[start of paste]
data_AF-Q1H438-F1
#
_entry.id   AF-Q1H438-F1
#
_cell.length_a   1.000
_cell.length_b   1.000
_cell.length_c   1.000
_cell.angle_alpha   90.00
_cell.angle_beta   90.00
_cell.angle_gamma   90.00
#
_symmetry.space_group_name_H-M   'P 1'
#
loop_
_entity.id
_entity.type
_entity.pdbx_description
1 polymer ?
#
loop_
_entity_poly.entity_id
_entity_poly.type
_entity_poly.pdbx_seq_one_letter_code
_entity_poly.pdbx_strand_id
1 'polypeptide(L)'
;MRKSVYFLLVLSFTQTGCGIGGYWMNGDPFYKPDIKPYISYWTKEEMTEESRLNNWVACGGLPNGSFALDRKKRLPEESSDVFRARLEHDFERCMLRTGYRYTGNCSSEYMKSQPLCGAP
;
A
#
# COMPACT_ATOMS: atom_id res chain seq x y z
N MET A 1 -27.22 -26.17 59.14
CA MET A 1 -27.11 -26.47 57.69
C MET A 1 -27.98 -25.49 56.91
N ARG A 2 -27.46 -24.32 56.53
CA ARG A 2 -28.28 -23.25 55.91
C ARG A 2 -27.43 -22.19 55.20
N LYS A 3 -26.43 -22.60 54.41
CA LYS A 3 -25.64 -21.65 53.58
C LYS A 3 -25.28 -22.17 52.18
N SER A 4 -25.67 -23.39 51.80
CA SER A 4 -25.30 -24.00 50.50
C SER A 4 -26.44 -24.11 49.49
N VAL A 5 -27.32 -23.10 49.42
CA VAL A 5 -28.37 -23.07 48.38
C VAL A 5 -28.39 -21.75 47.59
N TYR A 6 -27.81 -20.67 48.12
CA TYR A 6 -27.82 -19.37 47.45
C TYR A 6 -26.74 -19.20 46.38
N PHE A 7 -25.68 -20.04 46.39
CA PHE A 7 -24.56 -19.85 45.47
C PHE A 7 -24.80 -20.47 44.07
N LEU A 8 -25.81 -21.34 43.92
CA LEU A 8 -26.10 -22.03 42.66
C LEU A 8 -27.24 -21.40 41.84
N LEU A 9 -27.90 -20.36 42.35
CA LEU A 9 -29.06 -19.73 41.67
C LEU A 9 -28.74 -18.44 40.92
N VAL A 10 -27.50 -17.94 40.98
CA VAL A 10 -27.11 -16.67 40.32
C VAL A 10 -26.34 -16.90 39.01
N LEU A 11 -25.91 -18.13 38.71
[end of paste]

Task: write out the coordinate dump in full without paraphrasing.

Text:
data_AF-Q1H438-F1
#
_entry.id   AF-Q1H438-F1
#
_cell.length_a   1.000
_cell.length_b   1.000
_cell.length_c   1.000
_cell.angle_alpha   90.00
_cell.angle_beta   90.00
_cell.angle_gamma   90.00
#
_symmetry.space_group_name_H-M   'P 1'
#
loop_
_entity.id
_entity.type
_entity.pdbx_description
1 polymer ?
#
loop_
_entity_poly.entity_id
_entity_poly.type
_entity_poly.pdbx_seq_one_letter_code
_entity_poly.pdbx_strand_id
1 'polypeptide(L)'
;MRKSVYFLLVLSFTQTGCGIGGYWMNGDPFYKPDIKPYISYWTKEEMTEESRLNNWVACGGLPNGSFALDRKKRLPEESSDVFRARLEHDFERCMLRTGYRYTGNCSSEYMKSQPLCGAP
;
A
#
# COMPACT_ATOMS: atom_id res chain seq x y z
N MET A 1 -27.22 -26.17 59.14
CA MET A 1 -27.11 -26.47 57.69
C MET A 1 -27.98 -25.49 56.91
N ARG A 2 -27.46 -24.32 56.53
CA ARG A 2 -28.28 -23.25 55.91
C ARG A 2 -27.43 -22.19 55.20
N LYS A 3 -26.43 -22.60 54.41
CA LYS A 3 -25.64 -21.65 53.58
C LYS A 3 -25.28 -22.17 52.18
N SER A 4 -25.67 -23.39 51.80
CA SER A 4 -25.30 -24.00 50.50
C SER A 4 -26.44 -24.11 49.49
N VAL A 5 -27.32 -23.10 49.42
CA VAL A 5 -28.37 -23.07 48.38
C VAL A 5 -28.39 -21.75 47.59
N TYR A 6 -27.81 -20.67 48.12
CA TYR A 6 -27.82 -19.37 47.45
C TYR A 6 -26.74 -19.20 46.38
N PHE A 7 -25.68 -20.04 46.39
CA PHE A 7 -24.56 -19.85 45.47
C PHE A 7 -24.80 -20.47 44.07
N LEU A 8 -25.81 -21.34 43.92
CA LEU A 8 -26.10 -22.03 42.66
C LEU A 8 -27.24 -21.40 41.84
N LEU A 9 -27.90 -20.36 42.35
CA LEU A 9 -29.06 -19.73 41.67
C LEU A 9 -28.74 -18.44 40.92
N VAL A 10 -27.50 -17.94 40.98
CA VAL A 10 -27.11 -16.67 40.32
C VAL A 10 -26.34 -16.90 39.01
N LEU A 11 -25.91 -18.13 38.71